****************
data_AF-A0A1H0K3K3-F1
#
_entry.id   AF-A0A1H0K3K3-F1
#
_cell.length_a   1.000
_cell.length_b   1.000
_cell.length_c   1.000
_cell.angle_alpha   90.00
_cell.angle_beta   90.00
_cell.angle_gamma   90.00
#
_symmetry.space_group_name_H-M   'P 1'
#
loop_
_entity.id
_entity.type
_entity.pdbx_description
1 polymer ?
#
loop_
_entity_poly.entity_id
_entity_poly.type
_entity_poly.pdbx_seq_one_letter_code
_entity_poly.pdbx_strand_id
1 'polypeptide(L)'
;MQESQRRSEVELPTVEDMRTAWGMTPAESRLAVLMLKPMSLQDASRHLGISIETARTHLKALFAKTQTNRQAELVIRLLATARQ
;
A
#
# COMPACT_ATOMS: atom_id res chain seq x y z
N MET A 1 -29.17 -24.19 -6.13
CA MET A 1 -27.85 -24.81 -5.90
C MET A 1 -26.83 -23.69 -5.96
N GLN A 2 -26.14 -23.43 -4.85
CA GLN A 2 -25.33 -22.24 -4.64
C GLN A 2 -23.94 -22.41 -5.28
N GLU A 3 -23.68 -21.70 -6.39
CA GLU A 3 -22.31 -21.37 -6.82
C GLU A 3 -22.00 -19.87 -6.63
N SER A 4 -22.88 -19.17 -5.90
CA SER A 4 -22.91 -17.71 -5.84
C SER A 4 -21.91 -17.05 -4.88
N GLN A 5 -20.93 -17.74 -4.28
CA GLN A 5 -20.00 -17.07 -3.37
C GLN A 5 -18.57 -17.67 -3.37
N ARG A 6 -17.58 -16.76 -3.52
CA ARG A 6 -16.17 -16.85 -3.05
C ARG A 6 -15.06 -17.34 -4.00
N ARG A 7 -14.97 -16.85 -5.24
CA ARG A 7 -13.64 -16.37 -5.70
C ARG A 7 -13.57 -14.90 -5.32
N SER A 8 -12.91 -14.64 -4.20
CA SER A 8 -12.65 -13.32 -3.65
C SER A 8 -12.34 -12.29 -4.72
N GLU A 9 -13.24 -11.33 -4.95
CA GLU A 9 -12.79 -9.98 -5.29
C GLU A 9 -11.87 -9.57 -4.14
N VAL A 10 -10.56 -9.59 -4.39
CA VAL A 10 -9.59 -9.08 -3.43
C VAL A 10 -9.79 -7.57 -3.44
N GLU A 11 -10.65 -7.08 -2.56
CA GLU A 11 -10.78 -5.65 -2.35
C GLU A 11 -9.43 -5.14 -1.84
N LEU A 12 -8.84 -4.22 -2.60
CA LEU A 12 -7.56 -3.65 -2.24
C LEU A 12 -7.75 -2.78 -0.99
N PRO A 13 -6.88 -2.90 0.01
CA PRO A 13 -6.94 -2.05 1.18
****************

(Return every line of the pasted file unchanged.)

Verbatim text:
data_AF-A0A1H0K3K3-F1
#
_entry.id   AF-A0A1H0K3K3-F1
#
_cell.length_a   1.000
_cell.length_b   1.000
_cell.length_c   1.000
_cell.angle_alpha   90.00
_cell.angle_beta   90.00
_cell.angle_gamma   90.00
#
_symmetry.space_group_name_H-M   'P 1'
#
loop_
_entity.id
_entity.type
_entity.pdbx_description
1 polymer ?
#
loop_
_entity_poly.entity_id
_entity_poly.type
_entity_poly.pdbx_seq_one_letter_code
_entity_poly.pdbx_strand_id
1 'polypeptide(L)'
;MQESQRRSEVELPTVEDMRTAWGMTPAESRLAVLMLKPMSLQDASRHLGISIETARTHLKALFAKTQTNRQAELVIRLLATARQ
;
A
#
# COMPACT_ATOMS: atom_id res chain seq x y z
N MET A 1 -29.17 -24.19 -6.13
CA MET A 1 -27.85 -24.81 -5.90
C MET A 1 -26.83 -23.69 -5.96
N GLN A 2 -26.14 -23.43 -4.85
CA GLN A 2 -25.33 -22.24 -4.64
C GLN A 2 -23.94 -22.41 -5.28
N GLU A 3 -23.68 -21.70 -6.39
CA GLU A 3 -22.31 -21.37 -6.82
C GLU A 3 -22.00 -19.87 -6.63
N SER A 4 -22.88 -19.17 -5.90
CA SER A 4 -22.91 -17.71 -5.84
C SER A 4 -21.91 -17.05 -4.88
N GLN A 5 -20.93 -17.74 -4.28
CA GLN A 5 -20.00 -17.07 -3.37
C GLN A 5 -18.57 -17.67 -3.37
N ARG A 6 -17.58 -16.76 -3.52
CA ARG A 6 -16.17 -16.85 -3.05
C ARG A 6 -15.06 -17.34 -4.00
N ARG A 7 -14.97 -16.85 -5.24
CA ARG A 7 -13.64 -16.37 -5.70
C ARG A 7 -13.57 -14.90 -5.32
N SER A 8 -12.91 -14.64 -4.20
CA SER A 8 -12.65 -13.32 -3.65
C SER A 8 -12.34 -12.29 -4.72
N GLU A 9 -13.24 -11.33 -4.95
CA GLU A 9 -12.79 -9.98 -5.29
C GLU A 9 -11.87 -9.57 -4.14
N VAL A 10 -10.56 -9.59 -4.39
CA VAL A 10 -9.59 -9.08 -3.43
C VAL A 10 -9.79 -7.57 -3.44
N GLU A 11 -10.65 -7.08 -2.56
CA GLU A 11 -10.78 -5.65 -2.35
C GLU A 11 -9.43 -5.14 -1.84
N LEU A 12 -8.84 -4.22 -2.60
CA LEU A 12 -7.56 -3.65 -2.24
C LEU A 12 -7.75 -2.78 -0.99
N PRO A 13 -6.88 -2.90 0.01
CA PRO A 13 -6.94 -2.05 1.18